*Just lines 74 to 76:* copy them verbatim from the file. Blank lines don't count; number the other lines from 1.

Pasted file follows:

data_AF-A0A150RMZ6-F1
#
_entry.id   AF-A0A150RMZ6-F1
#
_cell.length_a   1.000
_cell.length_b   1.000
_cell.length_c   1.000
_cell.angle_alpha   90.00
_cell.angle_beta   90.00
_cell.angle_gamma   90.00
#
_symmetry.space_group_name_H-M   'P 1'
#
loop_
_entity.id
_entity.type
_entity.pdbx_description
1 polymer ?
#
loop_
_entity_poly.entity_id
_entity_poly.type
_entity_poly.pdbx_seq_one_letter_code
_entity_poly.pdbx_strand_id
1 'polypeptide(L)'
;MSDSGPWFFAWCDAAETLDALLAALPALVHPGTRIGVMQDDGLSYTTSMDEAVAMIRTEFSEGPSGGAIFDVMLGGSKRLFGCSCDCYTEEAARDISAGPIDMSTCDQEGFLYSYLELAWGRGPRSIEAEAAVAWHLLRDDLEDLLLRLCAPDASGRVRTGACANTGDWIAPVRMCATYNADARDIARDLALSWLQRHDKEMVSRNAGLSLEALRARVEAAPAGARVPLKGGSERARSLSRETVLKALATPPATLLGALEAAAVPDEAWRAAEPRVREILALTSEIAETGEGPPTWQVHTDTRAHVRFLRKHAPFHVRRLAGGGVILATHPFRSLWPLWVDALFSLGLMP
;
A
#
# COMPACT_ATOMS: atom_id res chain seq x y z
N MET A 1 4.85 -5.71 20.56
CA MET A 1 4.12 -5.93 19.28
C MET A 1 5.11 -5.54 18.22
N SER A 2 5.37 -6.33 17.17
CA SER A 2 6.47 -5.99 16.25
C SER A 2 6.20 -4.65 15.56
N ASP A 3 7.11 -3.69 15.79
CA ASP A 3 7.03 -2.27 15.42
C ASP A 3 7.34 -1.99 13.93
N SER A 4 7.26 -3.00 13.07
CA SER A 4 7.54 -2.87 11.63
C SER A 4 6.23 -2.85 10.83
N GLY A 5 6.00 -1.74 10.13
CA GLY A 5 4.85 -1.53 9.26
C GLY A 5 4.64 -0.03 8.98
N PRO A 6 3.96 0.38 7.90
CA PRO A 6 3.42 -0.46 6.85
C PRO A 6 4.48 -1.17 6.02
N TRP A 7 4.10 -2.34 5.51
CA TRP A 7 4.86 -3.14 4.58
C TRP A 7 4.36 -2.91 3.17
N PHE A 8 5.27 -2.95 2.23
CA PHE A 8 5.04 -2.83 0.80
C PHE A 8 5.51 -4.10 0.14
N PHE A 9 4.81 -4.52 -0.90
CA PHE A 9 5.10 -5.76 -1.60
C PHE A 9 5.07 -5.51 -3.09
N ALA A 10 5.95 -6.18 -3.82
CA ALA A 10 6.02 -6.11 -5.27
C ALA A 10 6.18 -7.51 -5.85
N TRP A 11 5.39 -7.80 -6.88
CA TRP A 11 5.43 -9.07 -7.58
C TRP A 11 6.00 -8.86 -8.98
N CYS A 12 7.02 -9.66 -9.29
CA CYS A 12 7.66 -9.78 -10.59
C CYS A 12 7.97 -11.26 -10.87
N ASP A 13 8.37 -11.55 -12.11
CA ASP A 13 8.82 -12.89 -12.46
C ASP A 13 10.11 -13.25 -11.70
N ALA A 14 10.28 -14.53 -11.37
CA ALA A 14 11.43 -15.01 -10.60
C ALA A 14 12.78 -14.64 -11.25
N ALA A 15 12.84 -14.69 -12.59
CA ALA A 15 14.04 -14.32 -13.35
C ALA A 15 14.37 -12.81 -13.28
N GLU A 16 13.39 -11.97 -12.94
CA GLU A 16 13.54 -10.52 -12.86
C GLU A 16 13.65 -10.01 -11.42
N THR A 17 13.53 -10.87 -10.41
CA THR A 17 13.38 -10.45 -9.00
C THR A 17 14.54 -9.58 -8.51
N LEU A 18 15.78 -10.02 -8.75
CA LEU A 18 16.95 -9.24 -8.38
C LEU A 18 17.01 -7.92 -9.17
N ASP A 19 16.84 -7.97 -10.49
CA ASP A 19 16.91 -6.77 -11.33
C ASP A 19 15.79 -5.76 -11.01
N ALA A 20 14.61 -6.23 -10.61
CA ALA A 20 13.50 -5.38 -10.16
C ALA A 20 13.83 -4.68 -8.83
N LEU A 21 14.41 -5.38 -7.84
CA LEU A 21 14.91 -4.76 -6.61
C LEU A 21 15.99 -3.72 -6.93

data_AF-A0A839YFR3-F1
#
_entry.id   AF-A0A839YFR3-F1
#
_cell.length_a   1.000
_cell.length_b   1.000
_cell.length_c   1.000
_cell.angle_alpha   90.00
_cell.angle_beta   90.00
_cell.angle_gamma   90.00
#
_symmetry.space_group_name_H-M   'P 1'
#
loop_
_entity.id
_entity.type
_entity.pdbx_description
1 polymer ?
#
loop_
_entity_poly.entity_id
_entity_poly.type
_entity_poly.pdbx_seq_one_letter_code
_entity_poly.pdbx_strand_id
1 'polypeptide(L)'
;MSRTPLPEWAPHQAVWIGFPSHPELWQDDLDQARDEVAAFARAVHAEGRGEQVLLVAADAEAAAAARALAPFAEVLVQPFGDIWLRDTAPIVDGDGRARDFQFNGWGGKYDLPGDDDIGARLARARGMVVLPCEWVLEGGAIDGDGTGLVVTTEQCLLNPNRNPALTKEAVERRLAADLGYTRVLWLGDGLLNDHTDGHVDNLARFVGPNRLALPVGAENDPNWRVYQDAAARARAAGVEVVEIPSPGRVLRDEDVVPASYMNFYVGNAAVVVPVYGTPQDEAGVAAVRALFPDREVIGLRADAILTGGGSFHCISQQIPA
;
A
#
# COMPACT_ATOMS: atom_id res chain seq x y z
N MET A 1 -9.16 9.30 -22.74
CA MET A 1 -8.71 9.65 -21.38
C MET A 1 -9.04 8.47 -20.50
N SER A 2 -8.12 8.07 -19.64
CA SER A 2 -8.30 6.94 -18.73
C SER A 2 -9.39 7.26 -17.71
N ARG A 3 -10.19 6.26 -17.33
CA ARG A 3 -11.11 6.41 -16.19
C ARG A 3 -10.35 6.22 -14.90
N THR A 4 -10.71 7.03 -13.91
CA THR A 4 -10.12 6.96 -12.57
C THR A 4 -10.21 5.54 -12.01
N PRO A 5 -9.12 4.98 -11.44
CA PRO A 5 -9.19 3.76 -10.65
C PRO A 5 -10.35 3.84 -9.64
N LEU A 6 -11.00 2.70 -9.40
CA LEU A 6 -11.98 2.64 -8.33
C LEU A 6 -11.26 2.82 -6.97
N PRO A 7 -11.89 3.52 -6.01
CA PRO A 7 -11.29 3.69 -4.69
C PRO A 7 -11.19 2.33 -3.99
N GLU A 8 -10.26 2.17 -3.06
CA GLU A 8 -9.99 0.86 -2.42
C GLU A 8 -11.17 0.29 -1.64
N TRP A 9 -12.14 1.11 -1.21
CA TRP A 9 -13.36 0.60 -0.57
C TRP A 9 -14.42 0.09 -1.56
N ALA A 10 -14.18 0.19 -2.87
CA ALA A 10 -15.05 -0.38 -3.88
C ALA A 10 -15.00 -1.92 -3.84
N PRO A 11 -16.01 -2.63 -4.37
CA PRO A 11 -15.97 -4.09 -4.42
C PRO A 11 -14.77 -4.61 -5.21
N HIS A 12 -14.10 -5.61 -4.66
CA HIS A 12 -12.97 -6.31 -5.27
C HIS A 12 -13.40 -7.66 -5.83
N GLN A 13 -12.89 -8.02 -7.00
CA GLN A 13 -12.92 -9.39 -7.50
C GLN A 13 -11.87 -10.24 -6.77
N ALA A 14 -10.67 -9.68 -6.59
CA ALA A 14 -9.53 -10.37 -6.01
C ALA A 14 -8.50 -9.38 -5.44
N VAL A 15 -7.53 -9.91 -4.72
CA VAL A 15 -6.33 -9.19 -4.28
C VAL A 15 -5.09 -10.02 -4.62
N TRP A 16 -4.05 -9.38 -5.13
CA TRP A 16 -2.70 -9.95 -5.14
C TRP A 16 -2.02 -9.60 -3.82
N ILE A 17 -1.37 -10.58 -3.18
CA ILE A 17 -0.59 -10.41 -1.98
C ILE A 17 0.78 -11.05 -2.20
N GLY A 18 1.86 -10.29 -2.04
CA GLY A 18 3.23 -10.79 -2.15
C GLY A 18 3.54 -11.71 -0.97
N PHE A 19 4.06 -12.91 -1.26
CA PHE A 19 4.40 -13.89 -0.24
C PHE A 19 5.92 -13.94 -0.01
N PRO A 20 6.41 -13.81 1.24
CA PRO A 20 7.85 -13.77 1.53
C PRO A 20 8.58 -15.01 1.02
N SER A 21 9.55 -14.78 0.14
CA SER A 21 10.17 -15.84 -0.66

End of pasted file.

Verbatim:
CA ALA A 15 14.04 -14.32 -13.35
C ALA A 15 14.37 -12.81 -13.28
N GLU A 16 13.39 -11.97 -12.94